A report to the President of the Board of Health ;

containing photographs of a person suffering from variola discreta, and an account of the case; to which is added a clinical report and diagnosis of the five cases with which the outbreak of small-pox of 1884-5 began.

Thompson, John Ashburton, 1848-1915.

Sydney : Thomas Richards, Govt. Printer, 1886.

Description : 5 p., 11 pl. ; ill., 11 photo. (in portfolio), 1 diag. ; folio.

Photographs : mounted photographs.

Photographer : John Ashburton Thompson (unverified).

Subject : Epidemiology — Variola.

Notes :

(Sydney: Government Printer, 1886.)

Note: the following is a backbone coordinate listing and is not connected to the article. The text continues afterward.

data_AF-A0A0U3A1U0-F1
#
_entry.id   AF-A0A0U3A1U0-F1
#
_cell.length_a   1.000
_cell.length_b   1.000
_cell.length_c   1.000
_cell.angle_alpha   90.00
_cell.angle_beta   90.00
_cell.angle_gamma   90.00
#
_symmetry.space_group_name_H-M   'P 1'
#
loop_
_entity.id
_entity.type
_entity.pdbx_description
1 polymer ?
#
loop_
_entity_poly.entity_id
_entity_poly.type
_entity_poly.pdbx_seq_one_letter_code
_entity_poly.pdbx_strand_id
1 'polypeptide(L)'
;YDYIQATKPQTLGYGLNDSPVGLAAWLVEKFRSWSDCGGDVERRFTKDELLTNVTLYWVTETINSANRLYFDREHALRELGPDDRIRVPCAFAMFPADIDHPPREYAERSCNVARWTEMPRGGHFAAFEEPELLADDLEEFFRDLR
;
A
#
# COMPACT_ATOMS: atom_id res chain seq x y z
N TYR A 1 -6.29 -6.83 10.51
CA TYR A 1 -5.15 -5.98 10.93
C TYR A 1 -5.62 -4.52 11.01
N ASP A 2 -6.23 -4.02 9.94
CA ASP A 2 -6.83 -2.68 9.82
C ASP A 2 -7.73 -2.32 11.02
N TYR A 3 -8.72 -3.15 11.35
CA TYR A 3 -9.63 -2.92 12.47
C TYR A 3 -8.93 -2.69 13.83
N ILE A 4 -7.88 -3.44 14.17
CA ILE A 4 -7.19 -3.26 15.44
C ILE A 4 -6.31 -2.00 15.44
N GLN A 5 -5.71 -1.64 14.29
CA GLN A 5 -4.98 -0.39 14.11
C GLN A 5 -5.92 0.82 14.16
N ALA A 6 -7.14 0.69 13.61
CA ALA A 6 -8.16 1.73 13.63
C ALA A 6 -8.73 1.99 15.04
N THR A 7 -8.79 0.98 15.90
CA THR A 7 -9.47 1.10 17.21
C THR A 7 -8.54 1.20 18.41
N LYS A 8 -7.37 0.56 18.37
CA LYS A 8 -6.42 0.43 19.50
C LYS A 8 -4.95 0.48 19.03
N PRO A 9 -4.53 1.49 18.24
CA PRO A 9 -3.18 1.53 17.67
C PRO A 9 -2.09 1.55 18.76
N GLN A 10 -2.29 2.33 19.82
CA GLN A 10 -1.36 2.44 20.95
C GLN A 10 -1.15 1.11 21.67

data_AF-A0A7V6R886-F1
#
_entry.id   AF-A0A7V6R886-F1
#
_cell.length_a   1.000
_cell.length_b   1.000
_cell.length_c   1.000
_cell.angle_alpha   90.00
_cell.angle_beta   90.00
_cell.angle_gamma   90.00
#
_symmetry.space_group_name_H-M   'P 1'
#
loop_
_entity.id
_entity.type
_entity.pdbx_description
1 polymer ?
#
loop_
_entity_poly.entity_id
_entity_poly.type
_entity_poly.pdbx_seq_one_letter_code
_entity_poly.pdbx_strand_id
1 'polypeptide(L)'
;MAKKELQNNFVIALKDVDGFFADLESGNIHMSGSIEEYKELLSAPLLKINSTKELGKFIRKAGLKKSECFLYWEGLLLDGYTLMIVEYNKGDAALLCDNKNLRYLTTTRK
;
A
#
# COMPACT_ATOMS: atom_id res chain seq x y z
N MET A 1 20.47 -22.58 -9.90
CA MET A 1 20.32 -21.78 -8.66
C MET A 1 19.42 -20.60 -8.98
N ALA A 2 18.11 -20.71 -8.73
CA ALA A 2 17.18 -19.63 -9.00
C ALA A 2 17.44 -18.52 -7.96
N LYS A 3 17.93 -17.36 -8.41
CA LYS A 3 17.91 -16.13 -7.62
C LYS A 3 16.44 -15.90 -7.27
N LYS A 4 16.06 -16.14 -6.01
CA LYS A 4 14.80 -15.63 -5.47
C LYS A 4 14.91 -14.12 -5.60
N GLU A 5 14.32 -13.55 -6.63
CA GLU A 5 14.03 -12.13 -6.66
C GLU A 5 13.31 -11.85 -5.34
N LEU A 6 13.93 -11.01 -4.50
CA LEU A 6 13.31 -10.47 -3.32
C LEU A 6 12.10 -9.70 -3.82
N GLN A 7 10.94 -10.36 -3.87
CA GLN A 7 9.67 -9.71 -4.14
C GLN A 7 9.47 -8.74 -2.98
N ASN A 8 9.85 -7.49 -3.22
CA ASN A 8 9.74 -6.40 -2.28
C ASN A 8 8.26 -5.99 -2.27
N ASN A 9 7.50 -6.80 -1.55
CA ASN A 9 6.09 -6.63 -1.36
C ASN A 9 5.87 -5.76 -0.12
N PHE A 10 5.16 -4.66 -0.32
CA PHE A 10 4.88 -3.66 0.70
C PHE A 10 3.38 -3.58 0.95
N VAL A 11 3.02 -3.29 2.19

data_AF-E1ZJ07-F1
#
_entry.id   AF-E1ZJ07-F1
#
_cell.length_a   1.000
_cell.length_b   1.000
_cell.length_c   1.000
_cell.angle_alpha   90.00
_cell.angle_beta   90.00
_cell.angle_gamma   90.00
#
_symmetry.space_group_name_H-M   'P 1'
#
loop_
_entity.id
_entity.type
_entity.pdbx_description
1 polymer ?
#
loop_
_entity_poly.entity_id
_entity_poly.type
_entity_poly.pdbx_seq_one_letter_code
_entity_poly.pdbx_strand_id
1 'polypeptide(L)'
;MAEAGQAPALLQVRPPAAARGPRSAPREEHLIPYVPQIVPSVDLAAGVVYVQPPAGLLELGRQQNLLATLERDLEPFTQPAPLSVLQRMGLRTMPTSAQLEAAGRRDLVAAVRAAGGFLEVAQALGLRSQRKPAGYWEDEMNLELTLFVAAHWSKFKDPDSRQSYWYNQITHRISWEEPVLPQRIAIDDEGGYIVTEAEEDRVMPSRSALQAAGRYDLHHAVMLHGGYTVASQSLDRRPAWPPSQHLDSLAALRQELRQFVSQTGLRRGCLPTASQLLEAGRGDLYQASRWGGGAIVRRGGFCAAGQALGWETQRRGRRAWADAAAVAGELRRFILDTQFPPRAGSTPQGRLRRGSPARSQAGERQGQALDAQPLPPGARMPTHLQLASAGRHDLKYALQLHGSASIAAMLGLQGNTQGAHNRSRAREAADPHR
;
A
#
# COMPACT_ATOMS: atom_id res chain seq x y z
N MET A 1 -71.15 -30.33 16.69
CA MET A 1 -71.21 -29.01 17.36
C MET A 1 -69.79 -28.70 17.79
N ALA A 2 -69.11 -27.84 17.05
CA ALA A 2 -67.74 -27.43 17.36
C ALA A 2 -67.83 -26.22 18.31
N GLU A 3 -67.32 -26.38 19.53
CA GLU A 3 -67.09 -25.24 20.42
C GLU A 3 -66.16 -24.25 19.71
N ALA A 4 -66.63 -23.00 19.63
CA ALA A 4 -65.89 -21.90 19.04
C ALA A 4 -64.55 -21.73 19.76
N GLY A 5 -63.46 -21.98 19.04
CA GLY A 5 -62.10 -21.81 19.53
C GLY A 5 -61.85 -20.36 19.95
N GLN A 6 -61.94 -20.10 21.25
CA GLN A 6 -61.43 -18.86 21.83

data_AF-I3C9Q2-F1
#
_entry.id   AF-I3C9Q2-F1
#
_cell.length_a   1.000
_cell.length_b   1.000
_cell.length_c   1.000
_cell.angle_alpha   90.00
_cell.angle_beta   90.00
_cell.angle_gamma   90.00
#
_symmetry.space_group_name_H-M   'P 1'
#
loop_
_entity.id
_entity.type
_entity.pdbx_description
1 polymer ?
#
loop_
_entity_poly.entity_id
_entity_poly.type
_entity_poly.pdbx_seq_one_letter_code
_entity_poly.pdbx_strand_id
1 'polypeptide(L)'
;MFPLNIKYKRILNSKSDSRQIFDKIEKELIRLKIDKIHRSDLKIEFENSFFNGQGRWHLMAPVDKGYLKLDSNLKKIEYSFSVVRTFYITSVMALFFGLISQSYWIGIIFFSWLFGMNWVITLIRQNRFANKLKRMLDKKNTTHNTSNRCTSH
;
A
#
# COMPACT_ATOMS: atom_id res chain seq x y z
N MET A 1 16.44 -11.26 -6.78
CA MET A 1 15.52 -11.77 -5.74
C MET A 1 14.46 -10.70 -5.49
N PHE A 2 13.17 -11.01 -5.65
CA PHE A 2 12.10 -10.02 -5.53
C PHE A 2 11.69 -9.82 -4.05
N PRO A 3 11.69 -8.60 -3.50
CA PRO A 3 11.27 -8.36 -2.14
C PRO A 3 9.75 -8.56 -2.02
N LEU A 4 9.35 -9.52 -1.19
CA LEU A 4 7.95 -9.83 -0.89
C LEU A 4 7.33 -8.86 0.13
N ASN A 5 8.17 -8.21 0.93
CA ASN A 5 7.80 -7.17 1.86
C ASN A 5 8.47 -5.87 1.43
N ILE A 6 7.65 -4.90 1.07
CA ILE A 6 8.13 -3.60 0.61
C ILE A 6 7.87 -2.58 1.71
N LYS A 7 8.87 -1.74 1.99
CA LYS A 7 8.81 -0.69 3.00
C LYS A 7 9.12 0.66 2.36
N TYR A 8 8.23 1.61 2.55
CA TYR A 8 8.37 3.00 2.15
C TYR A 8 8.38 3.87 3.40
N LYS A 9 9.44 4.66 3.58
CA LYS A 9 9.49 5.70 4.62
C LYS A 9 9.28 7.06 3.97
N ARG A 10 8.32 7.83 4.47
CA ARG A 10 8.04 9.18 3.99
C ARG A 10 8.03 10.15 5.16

By the courtesy of the Board of Health for New South Wales we have received a neatly bound copy of a series of admirable photographs, twenty-two in number, taken by Dr. Ashburton Thompson. Chief Medical Inspector for the colony, illustrative of the progressive appearance of an average case of variola discreta. The patient, a girl aged eleven years, was unvaccinated. Having been exposed to the contagion of smallpox, she was vaccinated on December 24, 1884, and no sign of probable success appearing she was again vaccinated on December 28. On December 30, marked symptoms of variola were noticed, and, on the evening of December 31, an eruption began to appear on the forehead and forearms. On January 1 the eruption was still scanty. On January 2 it was more copious and better marked, and at 4 p.m.—the 48th hour of eruption—the first two of the series of photographs were taken, one showing the face, the other the thigh. The remaining views of the same parts were taken on the 4th, 5th, 6th, 7th, 8th, 9th. 10th, 12th, 15th, and 25th days of eruption, on which latter day the patient was convalescent. As shown by the annexed report of Dr. Ashburton Thompson on the case, to the Hon. C. K. Mackellar, the then principal medical officer, the photographs were taken at the latter's suggestion by the former gentleman, who is a skilled, though amateur photographer, the result being a most interesting and practically useful work. We think that the various public libraries should each obtain a copy, in order that it may be brought more generally under public notice. A single inspection of this work will do more than repeated study of statistics to influence the public mind in favour of the wisdom of preventive action as to the introduction or spread of this disease in the colony. — Australasion Medical Gazette ; vol. v., May 1886 ; pp. 205-206.

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